While hejlehs are posthumous celebrations of male virginity, tulips are symbols of martyrdom. A red tulip is the flower par excellence that springs from the earth where innocent blood is shed. The Islamic Republic adopted this symbol early on and displays it per–vasively. It is printed on stamps and posters commemorating the revolution. In crude sculptures it stands in front of government buildings and in town squares. It is donated in one form or another to families of martyrs, and, of course, it "springs up" in any cemetery.

Entering a small town in Gilan, travelers are greeted by a floating banner that declares: "The tree of Islam grows on blood." The town square is encircled by a metal fence in the shape of enjoining long-stemmed tulips on which are posted photo–graphs of the young men of the town whose blood was offered to the tree of Islam. In the Qat'e-ye Shohada (Martyrs' Lot) of the local cemetery, overgrown with the semi-tropical greenery of Gilan, the huge, brightly painted red tulip memorials erected on individual graves give off a hollow metallic ring when awe-stricken and dazed children bump into them.  

Deeply ingrained in Persian poetic consciousness, the most conven–tional representation of this symbol is literary. The laleh is as likely to appear in canonical texts as in folklore, and most recently it has come to permeate the lyric utterances of revolutionary fervor. The title of a multiply printed but short lived collection of poetry which appeared soon after the revolution, "Tulips of Shahrivar" is an allusion to the massacre of "Black Friday"˜Friday the 17th of Shahrivar, 1357; Sept. 8, 1978˜when the troops opened fire into the demonstrating crowd at Jaleh Square. "Tulips rising from the blood of the country's youth" is a favorite cliché phrase of the Islamic Republic. And as in a monthly publication of the Revolution–ary Guards Corps, "Payam-e Enqelab" (# 193), in a poem titled "Behesht-e Zahra," the metaphor is frequently developed:    

"For the blooming of a single tulip,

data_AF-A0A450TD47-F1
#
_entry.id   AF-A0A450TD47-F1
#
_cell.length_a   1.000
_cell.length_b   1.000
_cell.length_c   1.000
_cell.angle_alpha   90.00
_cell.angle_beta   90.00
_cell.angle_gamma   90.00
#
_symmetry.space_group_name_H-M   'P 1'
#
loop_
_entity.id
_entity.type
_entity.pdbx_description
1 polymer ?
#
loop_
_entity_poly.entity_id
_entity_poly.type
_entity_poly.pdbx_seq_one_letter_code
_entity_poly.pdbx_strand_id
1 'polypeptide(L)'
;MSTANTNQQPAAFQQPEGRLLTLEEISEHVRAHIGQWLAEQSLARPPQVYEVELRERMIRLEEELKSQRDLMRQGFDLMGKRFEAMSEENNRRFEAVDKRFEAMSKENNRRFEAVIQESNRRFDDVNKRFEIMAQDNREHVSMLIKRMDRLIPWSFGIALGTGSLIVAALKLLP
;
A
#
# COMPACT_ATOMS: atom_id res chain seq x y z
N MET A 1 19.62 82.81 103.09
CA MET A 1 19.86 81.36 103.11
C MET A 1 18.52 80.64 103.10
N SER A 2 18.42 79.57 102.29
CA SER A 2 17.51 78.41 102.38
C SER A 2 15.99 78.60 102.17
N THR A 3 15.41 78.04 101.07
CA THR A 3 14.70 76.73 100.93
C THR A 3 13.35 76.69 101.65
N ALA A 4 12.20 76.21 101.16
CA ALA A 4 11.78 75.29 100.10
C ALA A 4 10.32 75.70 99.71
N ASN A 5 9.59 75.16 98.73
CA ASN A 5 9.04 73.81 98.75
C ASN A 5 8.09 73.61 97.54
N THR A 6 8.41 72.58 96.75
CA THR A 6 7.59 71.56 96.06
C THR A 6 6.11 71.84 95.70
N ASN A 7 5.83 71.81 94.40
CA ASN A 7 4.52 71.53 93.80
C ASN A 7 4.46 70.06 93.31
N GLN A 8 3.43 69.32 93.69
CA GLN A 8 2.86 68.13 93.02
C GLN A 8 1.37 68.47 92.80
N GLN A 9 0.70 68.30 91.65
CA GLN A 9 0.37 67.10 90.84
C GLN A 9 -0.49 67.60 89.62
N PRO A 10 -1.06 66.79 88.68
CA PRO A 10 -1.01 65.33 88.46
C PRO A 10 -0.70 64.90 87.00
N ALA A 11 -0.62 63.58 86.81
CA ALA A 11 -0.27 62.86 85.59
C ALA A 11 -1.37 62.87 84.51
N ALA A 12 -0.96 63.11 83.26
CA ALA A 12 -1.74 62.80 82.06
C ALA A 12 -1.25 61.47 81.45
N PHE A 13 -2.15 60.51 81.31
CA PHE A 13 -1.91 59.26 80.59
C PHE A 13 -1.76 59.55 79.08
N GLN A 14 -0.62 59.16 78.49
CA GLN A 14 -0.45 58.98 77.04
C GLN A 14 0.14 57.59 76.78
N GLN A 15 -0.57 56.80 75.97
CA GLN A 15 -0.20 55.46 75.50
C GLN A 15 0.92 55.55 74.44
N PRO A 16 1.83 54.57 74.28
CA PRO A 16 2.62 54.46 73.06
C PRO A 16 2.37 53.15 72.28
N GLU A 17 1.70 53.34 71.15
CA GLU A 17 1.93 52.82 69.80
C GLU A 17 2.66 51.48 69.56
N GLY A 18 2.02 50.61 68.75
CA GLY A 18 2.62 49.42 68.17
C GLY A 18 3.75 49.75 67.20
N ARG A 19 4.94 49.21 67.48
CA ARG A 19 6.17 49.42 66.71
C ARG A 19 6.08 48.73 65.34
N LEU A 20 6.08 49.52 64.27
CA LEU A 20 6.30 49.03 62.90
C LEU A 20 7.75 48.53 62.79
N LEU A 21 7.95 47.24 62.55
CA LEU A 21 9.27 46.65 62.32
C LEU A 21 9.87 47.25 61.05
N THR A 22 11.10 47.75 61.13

The flower of joy withered in the gardener's heart.  
The bed of tulips springing in this plain of sorrow  
Must be called the stream of the Blood of God."  

But in the burial ground of the political prisoners at Behesht-e Zahra, neither water nor flower is permitted. This lot lies on the outskirts of the cemetery. Driving on the wide, paved road surrounding the area˜while taking care not to slow down conspicuously˜visitors can observe shattered tombstones, broken glass, and upturned earth. Bodies are buried here anonymously, and should the family of an executed prison–er find out the location of a grave and place a stone over it, it is promptly crushed by the authorities.

Some families of executed prisoners designate an approximate location by a secret landmark, while others who dare to visit the lot grieve over any and all of the undistinguished graves. Very infrequently a particularly brave family might leaves flowers behind, introducing a temporary speck of color in the wasteland landscape.  

Recently executed prisoners, however, may be buried in the areas allotted to the non-political dead. These graves, no longer anon–ymous, are dispersed throughout the new lots in order to minimize the possibility of a politically motivated congregation. By matching the inscribed burial date on the grave of a friend's executed husband we could pick out a few other such carefully tucked away graves in the lot. Prisoners are executed in planned-in-advance batches. But even without knowledge of a particular burial date it is possible for an acute observer to pick out these graves: the stones are plain, bearing no words of lamentation or poetry, and the dates of birth fall within the last two or three decades. 

A friend whose husband was executed a couple of years ago told me that she felt lucky to have a place to visit. She takes the bus to the cemetery after work every Thursday evening, bringing flowers and pouring fresh water over the sun-baked stone of her husband's grave. She also goes to make sure that the stone on which in defiance of the authorities she has had a red poppy engraved remains intact. Keeping an eye out for visitors of other execution graves, she often spends her evening in their com–pany, camouflaged in the heavy traffic of weekend common visitors >>> Images  

Khayyam is not a poet typically quoted on tombstones. In his dahri world view death is too material, too final, and utterly devoid of tribute to the individuality of any human to be of consolation to most people at the time of the death of a loved one. But leaving the cemetery I was surprised to chance upon a single Khayyam line on a neglected stone somewhere on the margins of the lot dedicated to the martyrs of the revolution:    

Beware not to reveal this secret:  
A withered tulip will not bloom again.

>>> Part 6
[Part (1) (2) (3) (4) (5) (6) (7) (8) (9) (10) (11) (12) (13) (14) (15) (16) (17)]

Sima Nahan is a writer based in California. She graduated from Reza Shah Kabir high school in Tehran.